According to their website “PFG can manufacture fabrics which are barriers to allergens, flame resistant, antimicrobial, or fluid and splash repellent. We helped to pioneer modern synthetic barrier fabrics that would require a microscope to see the particles blocked. Nobody in the industry has more experience with the material than Precision Fabrics. If nylon was invented on a Monday, we began weaving it on Tuesday.”
As for why PFG didn’t transfer production overseas as so many others have done, Maust has an explanation.
“You couldn’t pick up this plant and move it, and find the workers you need,” said Maust. “You need experience and buying into a philosophy from employees. Our average associate has been here 17 years. The products we make are so difficult to produce that you can’t do it offshore. In our business model, we make products no one else can make, that the customer can’t find anywhere else. Our research and development department finds solutions for issues, solutions not typically thought of. In many cases customers come to us with specific requests for things they want to try and ask us to find the solution to their specific application.”
Those passing by see the same building that has been in operation for 76 years. It’s not apparent that a state-of-the-art textile facility operates within, boasting 330,000 square feet of floor space on 30 acres of property. PFG continues to modernize its facility, adding new equipment as technology advances. In the past decade PFG underwent an “internal expansion” which created space for new high tech looms, instead of expanding the building externally.
Few are aware of what is produced in the plant. Old timers remember when the plant used to be the Roanoke Weaving Company, built in 1936, and then Burlington Industries. Actually the first product produced at the plant was typewriter ribbon, and for many years the factory made regular textile fabrics. Precision Fabrics was created in 1988 via buyout from Burlington Industries and continues as a privately-held company today.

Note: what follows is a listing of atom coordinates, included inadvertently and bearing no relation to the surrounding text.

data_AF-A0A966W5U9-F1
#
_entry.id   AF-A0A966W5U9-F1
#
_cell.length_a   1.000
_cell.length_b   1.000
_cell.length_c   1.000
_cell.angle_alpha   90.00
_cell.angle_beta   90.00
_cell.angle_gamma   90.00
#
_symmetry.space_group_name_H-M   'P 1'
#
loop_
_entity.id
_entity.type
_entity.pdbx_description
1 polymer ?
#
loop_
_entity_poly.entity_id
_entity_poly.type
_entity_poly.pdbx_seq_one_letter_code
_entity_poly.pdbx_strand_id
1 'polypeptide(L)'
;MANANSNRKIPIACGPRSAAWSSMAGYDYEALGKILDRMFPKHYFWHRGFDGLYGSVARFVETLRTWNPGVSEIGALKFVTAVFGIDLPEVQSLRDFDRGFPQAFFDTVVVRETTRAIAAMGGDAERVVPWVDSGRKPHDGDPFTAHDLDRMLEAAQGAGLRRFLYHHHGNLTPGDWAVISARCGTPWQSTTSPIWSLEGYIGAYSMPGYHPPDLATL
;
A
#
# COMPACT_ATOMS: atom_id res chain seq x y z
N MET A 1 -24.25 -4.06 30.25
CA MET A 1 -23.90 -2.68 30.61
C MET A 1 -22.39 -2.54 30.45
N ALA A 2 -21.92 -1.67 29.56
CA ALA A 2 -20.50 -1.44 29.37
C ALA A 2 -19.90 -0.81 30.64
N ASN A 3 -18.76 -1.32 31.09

Most people think of weaving as turning yarn or thread into fabric, interlacing lengthwise and crosswise threads on a loom. The lengthwise threads running back to front are called the warp. The crosswise threads are called the weft. A gadget called a shuttle carries the thread across the warp to make the weft. The fabric created is wound on a spool as it is woven.
While that is the general idea of weaving, that is a very simplified version of what actually goes on in the PFG plant in Vinton. The thread at PFG is actually continuous filament of many sizes, with the appearance of fishing line.
And there is no shuttle in use. The fabric is being woven by water jet, air jet, or rapier technology that is capable of shooting the weft of the thread across the loom 600-1100 times each minute, using a force of water, air, or thread grippers. The type of technology used and the speed of production depends upon the type of fabric being woven. Some styles of fabric run just a few yards of fabric an hour, others 20-25 yards per hour.
One million is a number with significance to the company today, but has also been a number with humanitarian implications in their past. One million is the number of yards of nylon filter material that Precision Fabrics donated to the World Health Organization campaign to eradicate Guinea Worm Disease in 1995. The disease is caused by drinking water contaminated by microscopic larvae, which migrate inside the victim’s body and grow into thin threadlike worms up to a yard long. The worms emerge from the body one year later through painful blisters, causing permanent scarring and polio-like crippling. In some areas of Africa over 50% of the population became disabled by the disease, which can be prevented by filtering the water. With the help of PFG, the disease has been virtually eliminated.
PFG is also part of the green revolution. All of their waste material is reused, much of it being made into various types of rope.
Several years ago hundreds of small blue tubes appeared on the lawn of the company almost overnight, protecting 1100 hardwood seedlings the company had planted to help improve the environment and the water quality on nearby Tinker Creek.
PFG is Vinton’s largest employer, and the thirteenth largest in Roanoke County. The plant is a boon to the Town of Vinton, providing about eight percent of Vinton’s business tax revenue.
“PFG is a great example of a being a good corporate citizen,” said Vinton Mayor Brad Grose. “They are very supportive of the Town.”
“Precision Fabric’s dedication to their employees has had a direct positive impact on their safety record,” said Vinton Town Manager Chris Lawrence, in congratulating them on their safety record.